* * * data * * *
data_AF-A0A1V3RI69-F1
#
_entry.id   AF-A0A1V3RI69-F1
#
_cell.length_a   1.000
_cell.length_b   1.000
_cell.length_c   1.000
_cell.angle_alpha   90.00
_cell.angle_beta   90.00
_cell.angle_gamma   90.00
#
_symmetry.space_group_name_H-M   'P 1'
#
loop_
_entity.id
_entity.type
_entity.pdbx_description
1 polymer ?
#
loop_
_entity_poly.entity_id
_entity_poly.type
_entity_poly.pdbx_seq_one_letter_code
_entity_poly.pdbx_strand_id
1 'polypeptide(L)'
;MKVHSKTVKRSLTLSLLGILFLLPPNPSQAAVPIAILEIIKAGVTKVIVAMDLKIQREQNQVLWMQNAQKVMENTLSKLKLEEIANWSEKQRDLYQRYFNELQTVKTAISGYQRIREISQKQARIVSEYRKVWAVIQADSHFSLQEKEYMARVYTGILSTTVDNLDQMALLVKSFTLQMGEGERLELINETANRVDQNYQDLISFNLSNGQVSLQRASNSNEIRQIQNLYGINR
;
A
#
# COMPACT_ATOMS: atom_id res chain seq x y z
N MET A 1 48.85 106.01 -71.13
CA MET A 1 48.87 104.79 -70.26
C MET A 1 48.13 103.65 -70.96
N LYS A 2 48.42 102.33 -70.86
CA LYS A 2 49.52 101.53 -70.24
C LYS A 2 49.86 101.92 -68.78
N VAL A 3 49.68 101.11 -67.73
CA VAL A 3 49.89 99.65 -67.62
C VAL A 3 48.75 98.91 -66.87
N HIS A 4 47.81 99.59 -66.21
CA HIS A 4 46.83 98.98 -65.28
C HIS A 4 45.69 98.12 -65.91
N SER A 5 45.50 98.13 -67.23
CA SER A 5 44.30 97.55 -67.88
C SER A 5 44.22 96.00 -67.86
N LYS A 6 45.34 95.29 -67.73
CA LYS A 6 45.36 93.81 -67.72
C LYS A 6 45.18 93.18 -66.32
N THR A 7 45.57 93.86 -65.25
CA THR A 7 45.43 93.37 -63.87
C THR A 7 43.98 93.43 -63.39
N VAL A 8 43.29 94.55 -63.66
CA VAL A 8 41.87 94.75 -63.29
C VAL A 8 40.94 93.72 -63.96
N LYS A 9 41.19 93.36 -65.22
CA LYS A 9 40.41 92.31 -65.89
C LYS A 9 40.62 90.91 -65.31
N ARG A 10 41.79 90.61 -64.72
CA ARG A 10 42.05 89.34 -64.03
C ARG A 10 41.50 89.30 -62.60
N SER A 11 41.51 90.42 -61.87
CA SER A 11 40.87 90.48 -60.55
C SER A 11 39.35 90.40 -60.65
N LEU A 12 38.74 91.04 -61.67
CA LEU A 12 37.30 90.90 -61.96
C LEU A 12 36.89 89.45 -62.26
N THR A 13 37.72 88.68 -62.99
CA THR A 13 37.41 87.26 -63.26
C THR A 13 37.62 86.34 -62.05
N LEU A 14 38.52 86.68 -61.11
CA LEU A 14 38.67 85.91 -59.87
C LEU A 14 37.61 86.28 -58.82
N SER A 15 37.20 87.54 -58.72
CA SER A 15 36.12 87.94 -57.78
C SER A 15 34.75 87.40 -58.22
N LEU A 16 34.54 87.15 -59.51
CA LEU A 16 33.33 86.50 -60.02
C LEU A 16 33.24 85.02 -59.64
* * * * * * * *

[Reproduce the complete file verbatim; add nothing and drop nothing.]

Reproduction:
data_AF-A0A1V3RI69-F1
#
_entry.id   AF-A0A1V3RI69-F1
#
_cell.length_a   1.000
_cell.length_b   1.000
_cell.length_c   1.000
_cell.angle_alpha   90.00
_cell.angle_beta   90.00
_cell.angle_gamma   90.00
#
_symmetry.space_group_name_H-M   'P 1'
#
loop_
_entity.id
_entity.type
_entity.pdbx_description
1 polymer ?
#
loop_
_entity_poly.entity_id
_entity_poly.type
_entity_poly.pdbx_seq_one_letter_code
_entity_poly.pdbx_strand_id
1 'polypeptide(L)'
;MKVHSKTVKRSLTLSLLGILFLLPPNPSQAAVPIAILEIIKAGVTKVIVAMDLKIQREQNQVLWMQNAQKVMENTLSKLKLEEIANWSEKQRDLYQRYFNELQTVKTAISGYQRIREISQKQARIVSEYRKVWAVIQADSHFSLQEKEYMARVYTGILSTTVDNLDQMALLVKSFTLQMGEGERLELINETANRVDQNYQDLISFNLSNGQVSLQRASNSNEIRQIQNLYGINR
;
A
#
# COMPACT_ATOMS: atom_id res chain seq x y z
N MET A 1 48.85 106.01 -71.13
CA MET A 1 48.87 104.79 -70.26
C MET A 1 48.13 103.65 -70.96
N LYS A 2 48.42 102.33 -70.86
CA LYS A 2 49.52 101.53 -70.24
C LYS A 2 49.86 101.92 -68.78
N VAL A 3 49.68 101.11 -67.73
CA VAL A 3 49.89 99.65 -67.62
C VAL A 3 48.75 98.91 -66.87
N HIS A 4 47.81 99.59 -66.21
CA HIS A 4 46.83 98.98 -65.28
C HIS A 4 45.69 98.12 -65.91
N SER A 5 45.50 98.13 -67.23
CA SER A 5 44.30 97.55 -67.88
C SER A 5 44.22 96.00 -67.86
N LYS A 6 45.34 95.29 -67.73
CA LYS A 6 45.36 93.81 -67.72
C LYS A 6 45.18 93.18 -66.32
N THR A 7 45.57 93.86 -65.25
CA THR A 7 45.43 93.37 -63.87
C THR A 7 43.98 93.43 -63.39
N VAL A 8 43.29 94.55 -63.66
CA VAL A 8 41.87 94.75 -63.29
C VAL A 8 40.94 93.72 -63.96
N LYS A 9 41.19 93.36 -65.22
CA LYS A 9 40.41 92.31 -65.89
C LYS A 9 40.62 90.91 -65.31
N ARG A 10 41.79 90.61 -64.72
CA ARG A 10 42.05 89.34 -64.03
C ARG A 10 41.50 89.30 -62.60
N SER A 11 41.51 90.42 -61.87
CA SER A 11 40.87 90.48 -60.55
C SER A 11 39.35 90.40 -60.65
N LEU A 12 38.74 91.04 -61.67
CA LEU A 12 37.30 90.90 -61.96
C LEU A 12 36.89 89.45 -62.26
N THR A 13 37.72 88.68 -62.99
CA THR A 13 37.41 87.26 -63.26
C THR A 13 37.62 86.34 -62.05
N LEU A 14 38.52 86.68 -61.11
CA LEU A 14 38.67 85.91 -59.87
C LEU A 14 37.61 86.28 -58.82
N SER A 15 37.20 87.54 -58.72
CA SER A 15 36.12 87.94 -57.78
C SER A 15 34.75 87.40 -58.22
N LEU A 16 34.54 87.15 -59.51
CA LEU A 16 33.33 86.50 -60.02
C LEU A 16 33.24 85.02 -59.64